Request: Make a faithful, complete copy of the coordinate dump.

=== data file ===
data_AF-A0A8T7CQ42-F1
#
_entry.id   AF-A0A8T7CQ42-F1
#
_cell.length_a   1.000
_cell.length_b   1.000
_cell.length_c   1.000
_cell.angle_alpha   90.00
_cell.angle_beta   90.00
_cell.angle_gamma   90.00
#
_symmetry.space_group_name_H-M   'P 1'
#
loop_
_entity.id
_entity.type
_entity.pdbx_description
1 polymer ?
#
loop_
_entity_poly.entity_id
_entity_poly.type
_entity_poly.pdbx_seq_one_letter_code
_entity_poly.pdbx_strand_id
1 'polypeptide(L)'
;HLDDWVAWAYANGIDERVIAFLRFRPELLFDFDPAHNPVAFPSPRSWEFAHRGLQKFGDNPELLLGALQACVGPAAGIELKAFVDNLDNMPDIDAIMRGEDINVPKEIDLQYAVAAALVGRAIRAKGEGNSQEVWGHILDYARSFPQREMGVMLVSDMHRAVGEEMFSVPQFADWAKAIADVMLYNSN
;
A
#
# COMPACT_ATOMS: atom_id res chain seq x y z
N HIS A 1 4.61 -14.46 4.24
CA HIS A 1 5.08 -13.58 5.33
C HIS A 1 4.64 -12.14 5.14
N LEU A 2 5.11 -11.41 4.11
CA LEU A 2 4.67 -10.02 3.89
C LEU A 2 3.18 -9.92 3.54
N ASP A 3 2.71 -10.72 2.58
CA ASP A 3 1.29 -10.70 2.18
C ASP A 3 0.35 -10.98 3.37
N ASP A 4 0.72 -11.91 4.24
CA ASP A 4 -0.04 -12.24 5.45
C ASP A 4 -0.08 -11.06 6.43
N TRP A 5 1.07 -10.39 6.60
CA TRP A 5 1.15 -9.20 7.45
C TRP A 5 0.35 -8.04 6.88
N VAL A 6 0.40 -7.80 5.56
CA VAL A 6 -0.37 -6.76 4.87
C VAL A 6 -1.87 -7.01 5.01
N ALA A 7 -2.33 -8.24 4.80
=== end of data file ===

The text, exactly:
data_AF-A0A8T7CQ42-F1
#
_entry.id   AF-A0A8T7CQ42-F1
#
_cell.length_a   1.000
_cell.length_b   1.000
_cell.length_c   1.000
_cell.angle_alpha   90.00
_cell.angle_beta   90.00
_cell.angle_gamma   90.00
#
_symmetry.space_group_name_H-M   'P 1'
#
loop_
_entity.id
_entity.type
_entity.pdbx_description
1 polymer ?
#
loop_
_entity_poly.entity_id
_entity_poly.type
_entity_poly.pdbx_seq_one_letter_code
_entity_poly.pdbx_strand_id
1 'polypeptide(L)'
;HLDDWVAWAYANGIDERVIAFLRFRPELLFDFDPAHNPVAFPSPRSWEFAHRGLQKFGDNPELLLGALQACVGPAAGIELKAFVDNLDNMPDIDAIMRGEDINVPKEIDLQYAVAAALVGRAIRAKGEGNSQEVWGHILDYARSFPQREMGVMLVSDMHRAVGEEMFSVPQFADWAKAIADVMLYNSN
;
A
#
# COMPACT_ATOMS: atom_id res chain seq x y z
N HIS A 1 4.61 -14.46 4.24
CA HIS A 1 5.08 -13.58 5.33
C HIS A 1 4.64 -12.14 5.14
N LEU A 2 5.11 -11.41 4.11
CA LEU A 2 4.67 -10.02 3.89
C LEU A 2 3.18 -9.92 3.54
N ASP A 3 2.71 -10.72 2.58
CA ASP A 3 1.29 -10.70 2.18
C ASP A 3 0.35 -10.98 3.37
N ASP A 4 0.72 -11.91 4.24
CA ASP A 4 -0.04 -12.24 5.45
C ASP A 4 -0.08 -11.06 6.43
N TRP A 5 1.07 -10.39 6.60
CA TRP A 5 1.15 -9.20 7.45
C TRP A 5 0.35 -8.04 6.88
N VAL A 6 0.40 -7.80 5.56
CA VAL A 6 -0.37 -6.76 4.87
C VAL A 6 -1.87 -7.01 5.01
N ALA A 7 -2.33 -8.24 4.80